import torch.nn as nn
from torch import optim
import torch.nn.functional as F
def forward(self, x):
x = self.linear1(x)
x = nn.functional.relu(x)
x = self.linear2(x)
In that case you could create a “fixed” and a “trainable” tensor in a custom linear layer and concatenate them in each forward pass. This would make sure that only the trainable part gets valid gradient and the parameter updates. This post gives you an example of such a layer and replaces it via torch.fx in another model.
do you think it is feasible to improve the code of the post so that training the model with fixed tensors will be faster than training the original model withoud fixed ones(since I want to use it for optimization reasons)? it seems to me that the code is already optimal…
I know my question is a bit general, but I want an expert opinion to know if it’s worth digging deeper on this,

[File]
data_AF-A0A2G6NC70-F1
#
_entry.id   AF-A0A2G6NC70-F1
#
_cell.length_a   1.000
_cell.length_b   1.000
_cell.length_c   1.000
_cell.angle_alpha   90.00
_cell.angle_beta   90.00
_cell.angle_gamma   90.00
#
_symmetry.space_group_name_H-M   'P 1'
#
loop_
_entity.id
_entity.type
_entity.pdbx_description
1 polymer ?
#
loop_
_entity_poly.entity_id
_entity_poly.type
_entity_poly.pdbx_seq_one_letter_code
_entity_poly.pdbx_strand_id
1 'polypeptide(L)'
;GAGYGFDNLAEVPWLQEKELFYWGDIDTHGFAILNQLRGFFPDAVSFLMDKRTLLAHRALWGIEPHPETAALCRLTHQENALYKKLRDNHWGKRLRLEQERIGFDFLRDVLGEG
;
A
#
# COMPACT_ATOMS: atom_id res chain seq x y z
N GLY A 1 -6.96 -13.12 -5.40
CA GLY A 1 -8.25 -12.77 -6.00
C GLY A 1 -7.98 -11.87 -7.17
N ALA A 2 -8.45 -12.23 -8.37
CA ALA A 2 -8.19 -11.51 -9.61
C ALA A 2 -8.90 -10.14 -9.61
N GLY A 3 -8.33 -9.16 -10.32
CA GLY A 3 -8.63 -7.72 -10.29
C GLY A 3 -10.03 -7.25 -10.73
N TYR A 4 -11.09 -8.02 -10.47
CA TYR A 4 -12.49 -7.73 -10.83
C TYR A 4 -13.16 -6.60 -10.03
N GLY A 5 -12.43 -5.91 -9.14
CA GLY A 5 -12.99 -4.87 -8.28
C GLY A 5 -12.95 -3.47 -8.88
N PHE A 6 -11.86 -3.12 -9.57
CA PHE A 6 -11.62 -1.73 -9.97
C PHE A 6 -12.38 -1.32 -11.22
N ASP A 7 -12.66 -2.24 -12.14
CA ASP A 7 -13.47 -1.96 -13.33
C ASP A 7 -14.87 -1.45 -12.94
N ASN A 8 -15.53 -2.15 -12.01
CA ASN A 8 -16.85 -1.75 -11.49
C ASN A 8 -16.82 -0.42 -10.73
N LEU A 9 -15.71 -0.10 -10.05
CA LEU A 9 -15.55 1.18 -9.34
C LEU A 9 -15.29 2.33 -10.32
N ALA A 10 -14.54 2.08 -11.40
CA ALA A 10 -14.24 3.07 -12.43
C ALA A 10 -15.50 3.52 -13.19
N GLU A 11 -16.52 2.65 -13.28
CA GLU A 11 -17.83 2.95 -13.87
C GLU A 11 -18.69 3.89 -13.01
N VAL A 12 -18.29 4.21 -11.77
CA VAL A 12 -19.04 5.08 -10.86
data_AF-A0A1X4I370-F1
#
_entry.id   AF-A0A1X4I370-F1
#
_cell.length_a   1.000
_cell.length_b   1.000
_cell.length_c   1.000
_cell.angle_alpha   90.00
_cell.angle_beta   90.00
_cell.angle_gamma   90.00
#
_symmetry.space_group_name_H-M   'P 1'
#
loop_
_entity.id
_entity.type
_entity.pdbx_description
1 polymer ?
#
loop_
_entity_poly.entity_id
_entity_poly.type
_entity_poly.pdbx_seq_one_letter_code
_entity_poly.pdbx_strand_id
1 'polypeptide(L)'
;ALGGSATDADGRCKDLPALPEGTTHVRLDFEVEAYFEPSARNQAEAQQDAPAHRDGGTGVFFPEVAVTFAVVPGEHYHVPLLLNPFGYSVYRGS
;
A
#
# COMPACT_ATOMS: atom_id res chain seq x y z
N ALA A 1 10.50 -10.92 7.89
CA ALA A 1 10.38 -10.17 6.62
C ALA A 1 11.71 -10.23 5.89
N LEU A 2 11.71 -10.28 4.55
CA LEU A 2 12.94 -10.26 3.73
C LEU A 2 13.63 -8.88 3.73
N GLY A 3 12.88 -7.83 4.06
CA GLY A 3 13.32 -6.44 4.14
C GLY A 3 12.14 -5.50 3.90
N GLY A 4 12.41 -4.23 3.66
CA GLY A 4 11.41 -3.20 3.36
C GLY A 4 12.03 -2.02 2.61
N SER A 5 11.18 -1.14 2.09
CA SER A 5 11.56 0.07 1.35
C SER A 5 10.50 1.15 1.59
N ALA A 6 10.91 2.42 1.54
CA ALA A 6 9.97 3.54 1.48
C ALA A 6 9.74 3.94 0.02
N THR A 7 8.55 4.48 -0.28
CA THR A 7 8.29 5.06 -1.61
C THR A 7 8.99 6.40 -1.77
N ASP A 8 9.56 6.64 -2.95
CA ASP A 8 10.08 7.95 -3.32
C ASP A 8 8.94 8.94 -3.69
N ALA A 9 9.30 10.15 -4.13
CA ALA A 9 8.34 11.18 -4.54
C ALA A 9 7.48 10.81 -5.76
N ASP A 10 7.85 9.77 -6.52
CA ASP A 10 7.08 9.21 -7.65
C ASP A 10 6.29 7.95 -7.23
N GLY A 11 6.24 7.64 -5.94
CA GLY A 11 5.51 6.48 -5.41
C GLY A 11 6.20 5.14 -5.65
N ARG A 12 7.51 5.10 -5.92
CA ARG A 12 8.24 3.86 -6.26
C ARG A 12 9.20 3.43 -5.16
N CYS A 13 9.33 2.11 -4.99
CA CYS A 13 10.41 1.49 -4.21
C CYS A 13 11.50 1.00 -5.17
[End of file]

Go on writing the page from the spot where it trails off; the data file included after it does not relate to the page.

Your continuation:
I think the fastest approach would depend on your actual use case and I would suggest to profile the discussed methods.
In particular, using the torch.cat approach with the out argument could be beneficial if only a small part of the actual gradients should be calculated. On the other hand, you might not see huge benefits of avoiding the computation of the “frozen” gradients if the actual workload is tiny. Since you are concerned about the optimal performance, a profile would be the right approach to see which method would add the most overhead.
Is it possible to simply replace the selected layer with the customized one which will freeze the desired parameters ( using setattr(model, module_name, new_module)) without losing the weights in the transition?